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Our Will specialist's guide to Discretionary Trust Wills 

These types of Wills are very popular with individuals who wish to leave their estate to particular beneficiaries but do not want them to receive the assets outright or absolutely. 
 
These types of Wills can be very flexible whilst giving you peace of mind that your estate is ringfenced and under the control of your trustees. 
 
See our Will writing process here
What is a Discretionary Trust Will? 
 
Your whole estate or a portion of your estate/specified asset would be transferred into the names of your trustees on your death. 
 
Trustees are responsible for managing your estate and legally holding the funds in line with the terms of the Will. It is sensible to appoint independent trustees to manage the trust funds to avoid any conflict of interest and we would usually recommend that you appoint two. However, in many cases the trustees and beneficiaries are the same people. 
 
The fund would be held by your trustees, and they would decide when, in what intervals, who received any funds from the estate and how much, using their absolute discretion. 
 
The benefit of arranging your estate in this way is that the trustees could ensure certain individuals did not receive any funds from the trust depending on the individual’s circumstances (fiscal or otherwise) at the time and therefore the funds would be safeguarded. Alternatively, they could ensure that funds are provided if required. The division of the funds does not need to be equal between the potential beneficiaries. 
 
Funds can be safeguarded because the potential beneficiaries are not entitled to the funds absolutely and it as the trustee’s discretion as to whether they receive any funds. 
 
The only people who would be able to receive funds from the trust would be your selected beneficiaries which, would usually be you children and their children and so on. You could nominate individuals to receive the estate in the case that everyone mentioned in your Will had passed away already such as other family members, friends or charities. 

When might a Discretionary Trust be worth considering?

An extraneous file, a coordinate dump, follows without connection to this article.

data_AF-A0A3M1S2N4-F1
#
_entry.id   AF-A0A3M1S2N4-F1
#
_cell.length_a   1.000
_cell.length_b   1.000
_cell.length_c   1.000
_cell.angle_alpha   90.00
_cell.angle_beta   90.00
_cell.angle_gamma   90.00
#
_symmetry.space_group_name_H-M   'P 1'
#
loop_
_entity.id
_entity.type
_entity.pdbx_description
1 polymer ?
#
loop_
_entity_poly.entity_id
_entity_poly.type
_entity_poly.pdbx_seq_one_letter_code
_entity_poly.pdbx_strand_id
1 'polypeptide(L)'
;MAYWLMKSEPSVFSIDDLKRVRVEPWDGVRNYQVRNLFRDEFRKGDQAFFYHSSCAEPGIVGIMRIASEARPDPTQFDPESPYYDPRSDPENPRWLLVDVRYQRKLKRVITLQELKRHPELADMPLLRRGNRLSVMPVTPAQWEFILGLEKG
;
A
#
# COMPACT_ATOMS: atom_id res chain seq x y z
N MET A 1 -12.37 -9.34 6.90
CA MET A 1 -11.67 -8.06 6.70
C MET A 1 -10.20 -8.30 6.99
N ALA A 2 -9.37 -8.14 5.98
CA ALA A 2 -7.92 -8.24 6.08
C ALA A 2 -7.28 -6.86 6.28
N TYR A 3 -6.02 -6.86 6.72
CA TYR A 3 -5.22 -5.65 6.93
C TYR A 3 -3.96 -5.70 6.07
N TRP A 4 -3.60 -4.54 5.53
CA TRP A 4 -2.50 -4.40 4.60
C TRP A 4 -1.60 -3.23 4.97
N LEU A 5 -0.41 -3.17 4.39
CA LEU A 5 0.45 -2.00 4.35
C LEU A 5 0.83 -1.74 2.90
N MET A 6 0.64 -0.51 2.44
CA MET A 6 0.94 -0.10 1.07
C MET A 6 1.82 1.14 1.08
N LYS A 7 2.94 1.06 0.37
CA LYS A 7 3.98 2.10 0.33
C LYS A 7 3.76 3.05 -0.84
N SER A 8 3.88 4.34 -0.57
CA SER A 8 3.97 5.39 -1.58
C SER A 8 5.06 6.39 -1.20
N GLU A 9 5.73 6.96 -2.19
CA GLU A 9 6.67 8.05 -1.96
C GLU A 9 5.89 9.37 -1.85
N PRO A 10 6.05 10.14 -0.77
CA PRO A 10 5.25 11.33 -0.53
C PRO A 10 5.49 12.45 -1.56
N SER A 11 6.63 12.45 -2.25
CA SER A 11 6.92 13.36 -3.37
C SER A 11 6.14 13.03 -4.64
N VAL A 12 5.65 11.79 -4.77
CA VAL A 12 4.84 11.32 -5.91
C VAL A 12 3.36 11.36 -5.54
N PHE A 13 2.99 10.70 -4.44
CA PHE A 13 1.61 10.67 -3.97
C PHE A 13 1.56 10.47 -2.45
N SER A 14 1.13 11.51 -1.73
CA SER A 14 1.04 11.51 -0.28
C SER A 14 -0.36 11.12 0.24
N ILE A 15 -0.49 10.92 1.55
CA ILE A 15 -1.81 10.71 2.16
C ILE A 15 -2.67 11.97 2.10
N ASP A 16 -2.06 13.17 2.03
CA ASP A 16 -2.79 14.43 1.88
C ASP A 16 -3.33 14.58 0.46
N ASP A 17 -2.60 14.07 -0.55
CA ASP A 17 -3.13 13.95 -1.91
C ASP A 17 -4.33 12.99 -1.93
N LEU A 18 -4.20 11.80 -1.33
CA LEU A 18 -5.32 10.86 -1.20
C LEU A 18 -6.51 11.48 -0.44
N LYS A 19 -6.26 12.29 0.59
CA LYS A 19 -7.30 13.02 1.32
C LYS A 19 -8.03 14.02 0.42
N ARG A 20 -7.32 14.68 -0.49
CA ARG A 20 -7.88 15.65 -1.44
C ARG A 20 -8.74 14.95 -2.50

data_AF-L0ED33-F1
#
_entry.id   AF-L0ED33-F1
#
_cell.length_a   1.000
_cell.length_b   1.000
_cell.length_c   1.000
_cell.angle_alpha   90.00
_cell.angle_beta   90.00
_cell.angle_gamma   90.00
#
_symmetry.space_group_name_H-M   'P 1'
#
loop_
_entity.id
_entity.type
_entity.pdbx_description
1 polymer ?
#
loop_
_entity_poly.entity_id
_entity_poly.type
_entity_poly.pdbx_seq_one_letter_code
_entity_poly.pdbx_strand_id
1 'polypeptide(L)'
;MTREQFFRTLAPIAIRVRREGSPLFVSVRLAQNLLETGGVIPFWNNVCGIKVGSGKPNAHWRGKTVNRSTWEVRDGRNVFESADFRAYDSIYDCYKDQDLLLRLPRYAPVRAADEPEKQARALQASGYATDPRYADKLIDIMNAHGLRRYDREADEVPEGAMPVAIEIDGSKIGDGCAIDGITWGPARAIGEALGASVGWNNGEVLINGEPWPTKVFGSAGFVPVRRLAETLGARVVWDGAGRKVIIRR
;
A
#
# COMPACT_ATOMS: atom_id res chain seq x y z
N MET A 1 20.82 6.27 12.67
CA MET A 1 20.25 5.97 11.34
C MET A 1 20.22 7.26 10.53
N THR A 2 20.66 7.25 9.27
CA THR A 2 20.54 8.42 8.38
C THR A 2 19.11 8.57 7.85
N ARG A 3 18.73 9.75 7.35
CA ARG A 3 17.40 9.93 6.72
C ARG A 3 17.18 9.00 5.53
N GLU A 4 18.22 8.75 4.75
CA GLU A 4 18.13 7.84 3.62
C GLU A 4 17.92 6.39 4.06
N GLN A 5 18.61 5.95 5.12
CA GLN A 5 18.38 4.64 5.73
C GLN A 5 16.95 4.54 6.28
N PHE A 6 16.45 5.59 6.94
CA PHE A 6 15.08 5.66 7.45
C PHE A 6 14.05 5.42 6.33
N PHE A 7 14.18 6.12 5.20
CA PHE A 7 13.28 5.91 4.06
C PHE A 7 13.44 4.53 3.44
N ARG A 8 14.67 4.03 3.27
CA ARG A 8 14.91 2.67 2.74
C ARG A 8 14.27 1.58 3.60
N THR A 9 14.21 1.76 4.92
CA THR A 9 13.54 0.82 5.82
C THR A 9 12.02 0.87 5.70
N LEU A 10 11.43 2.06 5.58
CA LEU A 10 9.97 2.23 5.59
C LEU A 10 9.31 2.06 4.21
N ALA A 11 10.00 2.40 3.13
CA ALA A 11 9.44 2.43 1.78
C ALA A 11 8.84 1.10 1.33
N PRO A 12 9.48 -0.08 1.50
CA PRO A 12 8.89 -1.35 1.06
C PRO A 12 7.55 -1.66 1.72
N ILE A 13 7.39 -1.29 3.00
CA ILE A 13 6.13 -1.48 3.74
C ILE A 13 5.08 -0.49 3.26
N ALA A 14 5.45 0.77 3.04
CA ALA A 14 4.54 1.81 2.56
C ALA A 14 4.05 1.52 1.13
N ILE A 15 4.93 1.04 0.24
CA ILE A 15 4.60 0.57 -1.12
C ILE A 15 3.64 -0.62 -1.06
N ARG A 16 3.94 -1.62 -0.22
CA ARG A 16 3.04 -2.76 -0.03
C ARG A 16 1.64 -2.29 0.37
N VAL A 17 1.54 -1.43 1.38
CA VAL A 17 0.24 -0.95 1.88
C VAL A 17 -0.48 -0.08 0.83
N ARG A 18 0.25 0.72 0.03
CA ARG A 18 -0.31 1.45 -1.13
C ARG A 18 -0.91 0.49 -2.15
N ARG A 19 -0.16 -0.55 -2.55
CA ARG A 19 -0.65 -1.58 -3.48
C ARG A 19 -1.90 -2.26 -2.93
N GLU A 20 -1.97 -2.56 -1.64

A Discretionary Trust Will may be worth considering if you can relate to any of these circumstances: - 
 
• You have a high value estate which you wish to preserve for future generations. This may include business interests or a property portfolio 
• You have a ‘blended family’ i.e., second/third marriage with children and stepchildren and want to adequately provide for your new spouse but protect funds for your children from first relationship 
• You do not like or trust your proposed beneficiary’s partner and worry they would be able to access the funds 
• Your proposed beneficiaries are disabled, vulnerable or suffer from learning difficulties (whether from birth or otherwise) and unable to manage funds for themselves or are at risk of being exploited 
• Your proposed beneficiaries are in care and you wish to preserve your funds/their inheritance form being used to pay ongoing care fees 
• Your proposed beneficiaries are in receipt of means-tested benefits 
• Your proposed beneficiaries are suffering from mental health issues which means that they are unable to manage funds for themselves or are at risk of being exploited 
• Your proposed beneficiaries are suffering from gambling, drug or alcohol addictions 
• Your proposed beneficiaries are potentially going to divorce/dissolve their marriage/civil partnership and you wish to protect their inheritance from being used up in settlements 
• Your proposed beneficiaries are having financial difficulties and you wish to protect their inheritance from being used up in bankruptcy/insolvency petitions.